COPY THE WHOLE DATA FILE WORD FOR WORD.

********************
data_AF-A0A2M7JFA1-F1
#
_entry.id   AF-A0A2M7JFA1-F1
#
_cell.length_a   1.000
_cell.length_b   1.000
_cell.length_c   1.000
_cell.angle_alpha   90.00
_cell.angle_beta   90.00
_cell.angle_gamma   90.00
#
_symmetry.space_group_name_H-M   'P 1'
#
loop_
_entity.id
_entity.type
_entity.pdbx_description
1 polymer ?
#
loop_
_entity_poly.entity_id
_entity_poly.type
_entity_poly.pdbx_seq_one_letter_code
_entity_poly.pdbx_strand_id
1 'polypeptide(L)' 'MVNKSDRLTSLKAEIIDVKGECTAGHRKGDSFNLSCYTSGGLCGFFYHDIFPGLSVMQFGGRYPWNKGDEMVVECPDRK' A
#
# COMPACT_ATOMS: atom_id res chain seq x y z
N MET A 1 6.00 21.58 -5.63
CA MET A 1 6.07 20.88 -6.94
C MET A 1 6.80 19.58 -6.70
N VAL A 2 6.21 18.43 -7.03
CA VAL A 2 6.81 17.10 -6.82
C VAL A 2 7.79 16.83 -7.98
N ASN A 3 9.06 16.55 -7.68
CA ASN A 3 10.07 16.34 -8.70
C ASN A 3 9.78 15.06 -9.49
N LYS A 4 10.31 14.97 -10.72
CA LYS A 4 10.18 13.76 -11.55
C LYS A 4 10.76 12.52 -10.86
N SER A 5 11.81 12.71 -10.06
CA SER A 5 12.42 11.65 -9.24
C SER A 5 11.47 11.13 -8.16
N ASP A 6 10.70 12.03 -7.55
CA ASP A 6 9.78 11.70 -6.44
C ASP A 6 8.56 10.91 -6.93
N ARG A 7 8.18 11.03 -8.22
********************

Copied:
data_AF-A0A2M7JFA1-F1
#
_entry.id   AF-A0A2M7JFA1-F1
#
_cell.length_a   1.000
_cell.length_b   1.000
_cell.length_c   1.000
_cell.angle_alpha   90.00
_cell.angle_beta   90.00
_cell.angle_gamma   90.00
#
_symmetry.space_group_name_H-M   'P 1'
#
loop_
_entity.id
_entity.type
_entity.pdbx_description
1 polymer ?
#
loop_
_entity_poly.entity_id
_entity_poly.type
_entity_poly.pdbx_seq_one_letter_code
_entity_poly.pdbx_strand_id
1 'polypeptide(L)' 'MVNKSDRLTSLKAEIIDVKGECTAGHRKGDSFNLSCYTSGGLCGFFYHDIFPGLSVMQFGGRYPWNKGDEMVVECPDRK' A
#
# COMPACT_ATOMS: atom_id res chain seq x y z
N MET A 1 6.00 21.58 -5.63
CA MET A 1 6.07 20.88 -6.94
C MET A 1 6.80 19.58 -6.70
N VAL A 2 6.21 18.43 -7.03
CA VAL A 2 6.81 17.10 -6.82
C VAL A 2 7.79 16.83 -7.98
N ASN A 3 9.06 16.55 -7.68
CA ASN A 3 10.07 16.34 -8.70
C ASN A 3 9.78 15.06 -9.49
N LYS A 4 10.31 14.97 -10.72
CA LYS A 4 10.18 13.76 -11.55
C LYS A 4 10.76 12.52 -10.86
N SER A 5 11.81 12.71 -10.06
CA SER A 5 12.42 11.65 -9.24
C SER A 5 11.47 11.13 -8.16
N ASP A 6 10.70 12.03 -7.55
CA ASP A 6 9.78 11.70 -6.44
C ASP A 6 8.56 10.91 -6.93
N ARG A 7 8.18 11.03 -8.22